Sally Thorne’s editorial in Nursing Inquiry,6 begins with her admission of having a long-standing discomfort with the term “Nursing Science”, first because it sounds like a qualifier to science, “as if nurses take part in a skewed, partial, or watered-down version of the scientific enterprise,” and secondly, because the term nursing science has largely been used to describe nursing theorizing, rather than “formal scientific investigation.” Thorne contextualized the introduction of the Nursology.net website as a response from nursing thought leaders arising from their shared awareness and concerns of external pressures that are increasingly shaping nursing and threatening the further advancement of the discipline, and provided readers of Nursing Inquiry with citations of articles exploring the implications of those pressures for the preservation of “core disciplinary knowledge.” Thorne noted the term, Nursology, has been used in nursing literature at least as early as 1971 and, although she confessed to some discomfort with using the term, preferring to use “the study of nursing”, she enthusiastically endorsed the direction the conversations that have led to the Nursology.net initiative have taken. She concluded that she will be watching the Nursology.net conversation with great excitement, “hoping that it attracts the attention, engagement, and dialogue it deserves, and that it helps bring a new generation of nurses back into an appreciative understanding of why the study of nursing really matters.”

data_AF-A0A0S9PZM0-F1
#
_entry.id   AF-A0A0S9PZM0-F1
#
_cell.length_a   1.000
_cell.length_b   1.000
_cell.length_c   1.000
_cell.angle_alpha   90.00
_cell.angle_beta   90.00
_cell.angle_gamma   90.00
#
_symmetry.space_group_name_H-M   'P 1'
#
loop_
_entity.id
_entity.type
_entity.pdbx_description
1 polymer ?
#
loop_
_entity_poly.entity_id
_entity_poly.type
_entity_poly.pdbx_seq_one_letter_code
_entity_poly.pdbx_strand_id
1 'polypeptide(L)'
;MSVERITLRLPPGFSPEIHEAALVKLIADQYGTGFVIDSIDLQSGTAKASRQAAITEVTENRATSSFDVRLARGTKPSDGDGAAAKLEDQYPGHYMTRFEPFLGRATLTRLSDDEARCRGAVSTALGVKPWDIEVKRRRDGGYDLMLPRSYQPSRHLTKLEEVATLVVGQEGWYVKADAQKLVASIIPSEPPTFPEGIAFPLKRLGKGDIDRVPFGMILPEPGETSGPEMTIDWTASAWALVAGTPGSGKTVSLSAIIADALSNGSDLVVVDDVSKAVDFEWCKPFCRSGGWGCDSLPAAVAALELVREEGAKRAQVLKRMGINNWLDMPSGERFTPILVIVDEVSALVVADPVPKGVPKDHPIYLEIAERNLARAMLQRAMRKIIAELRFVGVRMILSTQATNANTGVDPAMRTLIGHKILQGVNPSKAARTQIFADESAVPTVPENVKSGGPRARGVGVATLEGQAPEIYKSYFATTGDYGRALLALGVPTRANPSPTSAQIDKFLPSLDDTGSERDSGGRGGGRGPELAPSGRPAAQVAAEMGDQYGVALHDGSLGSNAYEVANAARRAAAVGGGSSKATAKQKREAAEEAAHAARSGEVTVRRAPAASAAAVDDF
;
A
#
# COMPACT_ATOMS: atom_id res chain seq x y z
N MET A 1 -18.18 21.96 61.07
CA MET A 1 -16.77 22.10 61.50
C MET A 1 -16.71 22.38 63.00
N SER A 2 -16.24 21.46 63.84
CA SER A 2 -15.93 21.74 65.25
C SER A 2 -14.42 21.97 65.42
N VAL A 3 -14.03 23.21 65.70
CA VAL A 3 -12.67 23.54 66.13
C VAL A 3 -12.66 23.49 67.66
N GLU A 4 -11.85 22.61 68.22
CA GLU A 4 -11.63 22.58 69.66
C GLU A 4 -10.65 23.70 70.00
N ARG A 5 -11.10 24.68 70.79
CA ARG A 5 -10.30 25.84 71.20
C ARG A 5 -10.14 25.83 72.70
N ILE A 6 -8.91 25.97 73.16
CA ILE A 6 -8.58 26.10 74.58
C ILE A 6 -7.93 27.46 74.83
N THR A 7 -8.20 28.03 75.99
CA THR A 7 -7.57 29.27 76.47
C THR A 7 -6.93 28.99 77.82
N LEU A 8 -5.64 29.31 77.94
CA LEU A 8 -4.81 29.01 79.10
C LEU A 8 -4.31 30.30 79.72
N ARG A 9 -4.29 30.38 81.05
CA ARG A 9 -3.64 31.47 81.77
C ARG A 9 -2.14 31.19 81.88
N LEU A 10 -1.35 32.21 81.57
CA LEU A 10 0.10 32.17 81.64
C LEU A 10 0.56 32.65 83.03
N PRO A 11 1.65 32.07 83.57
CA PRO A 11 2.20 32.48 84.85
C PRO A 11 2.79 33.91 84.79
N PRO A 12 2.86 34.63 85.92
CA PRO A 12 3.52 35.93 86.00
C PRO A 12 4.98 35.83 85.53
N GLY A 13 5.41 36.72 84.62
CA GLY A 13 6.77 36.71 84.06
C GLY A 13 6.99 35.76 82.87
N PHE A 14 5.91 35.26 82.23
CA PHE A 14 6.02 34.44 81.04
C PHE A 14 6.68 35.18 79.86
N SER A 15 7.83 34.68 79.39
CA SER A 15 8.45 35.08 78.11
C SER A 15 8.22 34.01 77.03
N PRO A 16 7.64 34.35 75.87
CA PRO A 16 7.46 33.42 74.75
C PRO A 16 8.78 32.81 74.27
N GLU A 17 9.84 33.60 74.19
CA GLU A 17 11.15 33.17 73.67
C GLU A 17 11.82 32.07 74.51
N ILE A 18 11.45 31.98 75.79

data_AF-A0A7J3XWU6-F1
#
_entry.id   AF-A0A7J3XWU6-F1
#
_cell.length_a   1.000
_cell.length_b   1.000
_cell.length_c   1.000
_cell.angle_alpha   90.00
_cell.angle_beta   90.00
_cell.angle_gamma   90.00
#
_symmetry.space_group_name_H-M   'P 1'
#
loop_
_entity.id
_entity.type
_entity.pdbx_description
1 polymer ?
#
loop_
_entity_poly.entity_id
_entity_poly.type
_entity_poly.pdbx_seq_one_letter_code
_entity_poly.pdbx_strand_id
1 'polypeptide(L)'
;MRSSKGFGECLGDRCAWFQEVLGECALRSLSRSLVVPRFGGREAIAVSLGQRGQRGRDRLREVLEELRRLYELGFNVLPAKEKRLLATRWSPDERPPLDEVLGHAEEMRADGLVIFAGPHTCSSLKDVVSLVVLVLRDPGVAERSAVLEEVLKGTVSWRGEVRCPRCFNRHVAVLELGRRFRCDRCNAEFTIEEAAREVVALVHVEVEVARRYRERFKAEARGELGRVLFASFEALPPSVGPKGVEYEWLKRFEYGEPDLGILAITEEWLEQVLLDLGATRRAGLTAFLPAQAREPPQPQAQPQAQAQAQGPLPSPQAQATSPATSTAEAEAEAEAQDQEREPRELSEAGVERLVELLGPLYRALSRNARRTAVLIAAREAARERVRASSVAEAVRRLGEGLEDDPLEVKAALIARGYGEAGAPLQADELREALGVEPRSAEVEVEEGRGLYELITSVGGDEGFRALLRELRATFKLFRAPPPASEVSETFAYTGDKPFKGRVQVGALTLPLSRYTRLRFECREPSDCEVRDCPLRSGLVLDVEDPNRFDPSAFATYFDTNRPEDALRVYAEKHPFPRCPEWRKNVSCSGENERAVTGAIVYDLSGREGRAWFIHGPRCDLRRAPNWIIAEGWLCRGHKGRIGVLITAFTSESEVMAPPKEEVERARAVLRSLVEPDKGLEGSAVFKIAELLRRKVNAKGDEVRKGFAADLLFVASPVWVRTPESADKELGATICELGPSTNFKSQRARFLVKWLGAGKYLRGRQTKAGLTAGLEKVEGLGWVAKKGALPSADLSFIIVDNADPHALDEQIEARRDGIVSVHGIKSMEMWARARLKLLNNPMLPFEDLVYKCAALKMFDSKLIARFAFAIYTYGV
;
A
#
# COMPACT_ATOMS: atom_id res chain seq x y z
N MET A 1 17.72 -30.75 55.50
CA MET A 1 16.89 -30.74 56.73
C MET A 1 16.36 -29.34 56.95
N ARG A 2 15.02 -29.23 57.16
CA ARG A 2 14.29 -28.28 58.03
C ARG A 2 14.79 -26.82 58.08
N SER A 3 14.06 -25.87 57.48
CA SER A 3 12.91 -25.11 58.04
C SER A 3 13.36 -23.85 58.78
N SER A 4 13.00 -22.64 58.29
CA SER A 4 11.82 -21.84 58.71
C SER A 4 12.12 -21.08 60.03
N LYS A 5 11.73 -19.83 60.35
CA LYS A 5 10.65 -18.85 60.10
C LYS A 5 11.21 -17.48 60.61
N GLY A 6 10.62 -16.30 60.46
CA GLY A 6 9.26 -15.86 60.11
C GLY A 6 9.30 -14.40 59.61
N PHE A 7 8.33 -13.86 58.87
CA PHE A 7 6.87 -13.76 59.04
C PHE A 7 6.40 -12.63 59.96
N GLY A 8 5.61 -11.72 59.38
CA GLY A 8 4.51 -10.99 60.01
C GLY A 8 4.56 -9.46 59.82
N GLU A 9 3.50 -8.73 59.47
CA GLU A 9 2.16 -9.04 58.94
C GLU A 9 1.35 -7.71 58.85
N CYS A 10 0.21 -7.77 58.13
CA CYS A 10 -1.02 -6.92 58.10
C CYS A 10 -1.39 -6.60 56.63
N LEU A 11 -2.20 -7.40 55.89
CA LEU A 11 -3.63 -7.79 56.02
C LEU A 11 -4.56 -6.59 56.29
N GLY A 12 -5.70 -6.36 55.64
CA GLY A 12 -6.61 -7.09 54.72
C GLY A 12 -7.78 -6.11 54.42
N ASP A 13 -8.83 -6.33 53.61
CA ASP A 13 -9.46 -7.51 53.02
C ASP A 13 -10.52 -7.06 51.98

I think I can speak on behalf of the Nursology.net management team in saying, we share that hope! And, I would ask if “ology” refers to “the study of” and is widely used by many other disciplines, e.g, pharmacology, biology, why is there such a hesitancy (I’ve experienced it in talking to other nurses about neurology as well) to use nursology to refer to the unique body of knowledge that is nursing knowledge? Is it simply prudent caution to make the change for the reasons a number of the editors raised? To what extent does it feel pretentious, i.e., have we internalized a broader societal message that our body of knowledge is not as substantial or valuable as those of other fields? Is this another manifestation of “I’m just a nurse?” And/or, is it simply that it’s new and unfamiliar?
- Fawcett J. Nursology revisted and revived. J Adv Nurs. 2019; 1(2):1-2.
- Fawcett J, Aronowitz T, AbuFannouneh A, et al. Thoughts about the Name of Our Discipline. Nurs Sci Q.2015;28(4):330-333.
- Chinn PL. Introducing Nursology.net. ANS Adv Nurs Sci.2019;42(Jan-Mar):1.
- Flanagan J. Nursology – a Site by nurses, for nurses. Int J Nurs Knowl.2018;29(4).
- Parse RR. Nursology: What’s in a Name? Nurs Sci Q.2019;32(2):93-94.
- Thorne S. The study of nursing. Nurs Inq.2019;26(1):1-2.